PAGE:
Can Intensive Care For Extremely Premature Infants Be Defended? A Critical Review

Seaman, Jade (2013) Can Intensive Care For Extremely Premature Infants Be Defended? A Critical Review. [Dissertation (University of Nottingham only)] (Unpublished)

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Background: Advances in medical technology throughout the twentieth century have resulted in younger and smaller premature babies being kept alive. Improvements can be seen in survival rates of babies as young as 26 weeks; however this same improvement cannot be seen in babies of 24 weeks or younger, suggesting that the limit of viability has been reached.

Aim: As babies of a younger gestational age are being admitted to neonatal units for intensive care, should we be asking if the limit of viability has been pushed too far? This study aims to investigate whether intensive care for these extremely premature infants can be defended.

Method: This dissertation uses a critical review methodology.

Summary of findings: Ethical dilemmas face healthcare professionals and parents everyday within the neonatal intensive care unit. In order to provide care that is in the best interests of the patient all options should be carefully considered. Human embryological development shows us that prematurity affects many of the vital body systems, as the majority of maturation occurs in the third trimester of pregnancy. Findings of the EPICure studies, observational cohort studies, show that although survival rates for extremely premature infants have improved, the same cannot be said for the rates of disability and other impairments in later life. It is essential that all statistics and information is laid out and presented to parents in a way that is easily understandable so informed decisions can be made for these tiny babies.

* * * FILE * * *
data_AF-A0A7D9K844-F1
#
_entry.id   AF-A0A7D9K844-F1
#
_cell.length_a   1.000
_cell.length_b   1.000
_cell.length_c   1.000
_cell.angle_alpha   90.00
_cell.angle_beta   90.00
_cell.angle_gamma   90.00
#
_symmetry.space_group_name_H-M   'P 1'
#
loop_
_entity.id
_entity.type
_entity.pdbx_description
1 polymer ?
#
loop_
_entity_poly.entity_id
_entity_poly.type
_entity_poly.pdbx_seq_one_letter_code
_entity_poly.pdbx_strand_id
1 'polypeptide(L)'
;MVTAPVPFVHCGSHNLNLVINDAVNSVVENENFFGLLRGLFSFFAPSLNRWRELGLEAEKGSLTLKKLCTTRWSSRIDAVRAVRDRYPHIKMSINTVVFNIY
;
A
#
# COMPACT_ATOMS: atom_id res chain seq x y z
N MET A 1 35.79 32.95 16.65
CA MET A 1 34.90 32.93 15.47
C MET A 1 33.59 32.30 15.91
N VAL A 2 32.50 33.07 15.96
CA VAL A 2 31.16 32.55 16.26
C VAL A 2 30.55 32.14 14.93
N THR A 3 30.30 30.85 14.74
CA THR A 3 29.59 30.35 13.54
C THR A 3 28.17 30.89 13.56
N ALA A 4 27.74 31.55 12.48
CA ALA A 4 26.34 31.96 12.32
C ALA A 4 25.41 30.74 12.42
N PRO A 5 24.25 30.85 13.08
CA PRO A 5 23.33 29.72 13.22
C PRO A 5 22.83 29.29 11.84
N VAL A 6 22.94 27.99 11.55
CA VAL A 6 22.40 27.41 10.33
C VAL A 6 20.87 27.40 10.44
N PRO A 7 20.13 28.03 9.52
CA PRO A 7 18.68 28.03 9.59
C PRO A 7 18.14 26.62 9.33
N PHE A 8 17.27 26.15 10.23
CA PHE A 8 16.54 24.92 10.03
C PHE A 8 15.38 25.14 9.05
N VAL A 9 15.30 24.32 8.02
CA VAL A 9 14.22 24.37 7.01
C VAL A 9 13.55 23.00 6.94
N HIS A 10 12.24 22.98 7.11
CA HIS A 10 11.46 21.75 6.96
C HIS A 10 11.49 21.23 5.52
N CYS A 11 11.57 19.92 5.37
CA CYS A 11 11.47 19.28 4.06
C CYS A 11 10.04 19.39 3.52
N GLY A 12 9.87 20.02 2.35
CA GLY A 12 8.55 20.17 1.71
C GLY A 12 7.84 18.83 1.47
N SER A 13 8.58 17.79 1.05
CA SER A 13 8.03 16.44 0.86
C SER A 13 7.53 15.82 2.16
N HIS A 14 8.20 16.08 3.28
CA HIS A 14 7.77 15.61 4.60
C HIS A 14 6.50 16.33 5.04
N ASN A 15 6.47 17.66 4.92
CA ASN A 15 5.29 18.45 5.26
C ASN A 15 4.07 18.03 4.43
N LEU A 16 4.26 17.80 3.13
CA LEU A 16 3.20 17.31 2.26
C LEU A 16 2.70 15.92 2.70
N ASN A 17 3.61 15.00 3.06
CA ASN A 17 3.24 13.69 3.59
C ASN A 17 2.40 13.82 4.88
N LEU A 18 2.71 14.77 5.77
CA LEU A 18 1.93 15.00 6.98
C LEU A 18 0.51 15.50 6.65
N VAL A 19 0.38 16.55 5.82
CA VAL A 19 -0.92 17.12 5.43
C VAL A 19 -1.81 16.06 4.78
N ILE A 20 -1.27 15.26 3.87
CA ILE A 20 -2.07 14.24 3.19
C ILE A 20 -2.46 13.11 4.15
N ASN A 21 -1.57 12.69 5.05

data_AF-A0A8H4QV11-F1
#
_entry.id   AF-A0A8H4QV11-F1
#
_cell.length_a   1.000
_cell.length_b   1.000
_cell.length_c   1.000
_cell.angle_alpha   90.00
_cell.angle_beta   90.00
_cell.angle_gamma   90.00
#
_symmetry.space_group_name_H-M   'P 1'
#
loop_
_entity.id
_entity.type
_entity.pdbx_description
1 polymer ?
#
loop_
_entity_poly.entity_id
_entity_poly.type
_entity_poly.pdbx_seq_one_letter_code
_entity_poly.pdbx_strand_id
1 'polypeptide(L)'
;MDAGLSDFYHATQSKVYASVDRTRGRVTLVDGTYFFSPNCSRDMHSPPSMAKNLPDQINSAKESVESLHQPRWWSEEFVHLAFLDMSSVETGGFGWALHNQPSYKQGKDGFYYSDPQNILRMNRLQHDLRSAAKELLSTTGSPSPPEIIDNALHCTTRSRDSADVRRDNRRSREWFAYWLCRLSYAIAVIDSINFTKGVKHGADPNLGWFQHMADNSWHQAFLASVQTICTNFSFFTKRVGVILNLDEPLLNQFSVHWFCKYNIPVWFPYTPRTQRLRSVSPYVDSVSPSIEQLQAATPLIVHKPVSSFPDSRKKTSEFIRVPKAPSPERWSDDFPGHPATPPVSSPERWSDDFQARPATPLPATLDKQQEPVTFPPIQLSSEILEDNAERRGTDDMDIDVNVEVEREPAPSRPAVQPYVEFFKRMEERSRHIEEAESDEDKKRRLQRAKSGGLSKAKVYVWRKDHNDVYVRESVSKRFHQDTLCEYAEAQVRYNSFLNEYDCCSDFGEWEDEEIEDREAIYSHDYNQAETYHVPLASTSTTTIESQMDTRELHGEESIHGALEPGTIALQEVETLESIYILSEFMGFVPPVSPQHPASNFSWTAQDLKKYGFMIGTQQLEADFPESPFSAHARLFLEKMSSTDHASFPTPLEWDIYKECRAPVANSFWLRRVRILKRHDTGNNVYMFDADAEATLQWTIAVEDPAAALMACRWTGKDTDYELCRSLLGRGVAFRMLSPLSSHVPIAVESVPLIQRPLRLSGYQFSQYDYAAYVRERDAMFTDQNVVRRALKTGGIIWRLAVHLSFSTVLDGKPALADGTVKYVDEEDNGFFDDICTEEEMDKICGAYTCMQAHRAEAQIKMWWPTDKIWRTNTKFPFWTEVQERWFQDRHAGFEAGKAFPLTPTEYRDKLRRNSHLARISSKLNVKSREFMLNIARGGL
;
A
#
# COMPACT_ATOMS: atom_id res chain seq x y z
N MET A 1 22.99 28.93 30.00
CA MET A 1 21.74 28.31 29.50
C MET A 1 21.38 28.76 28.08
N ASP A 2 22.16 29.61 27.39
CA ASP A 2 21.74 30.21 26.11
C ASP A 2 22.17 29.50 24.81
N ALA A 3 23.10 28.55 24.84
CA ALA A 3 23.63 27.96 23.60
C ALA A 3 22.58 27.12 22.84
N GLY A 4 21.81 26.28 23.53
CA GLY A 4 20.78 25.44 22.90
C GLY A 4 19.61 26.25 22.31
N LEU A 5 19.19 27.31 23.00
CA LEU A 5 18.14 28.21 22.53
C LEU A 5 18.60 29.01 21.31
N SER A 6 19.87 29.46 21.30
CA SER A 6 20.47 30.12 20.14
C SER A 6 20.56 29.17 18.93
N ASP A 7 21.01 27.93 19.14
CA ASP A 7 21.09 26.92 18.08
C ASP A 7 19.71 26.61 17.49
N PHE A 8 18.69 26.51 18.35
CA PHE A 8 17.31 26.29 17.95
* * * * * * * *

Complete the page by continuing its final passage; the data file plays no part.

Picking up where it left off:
Conclusion: Intensive treatment for premature infants below 24 weeks of gestation cannot be defended. For those 24 weeks of gestational age or over intensive treatment may not always be appropriate; instead comfort care should be considered a viable option.

Item Type: Dissertation (University of Nottingham only)
Depositing User: EP, Services
Date Deposited: 21 Nov 2013 14:59
Last Modified: 19 Oct 2017 13:40

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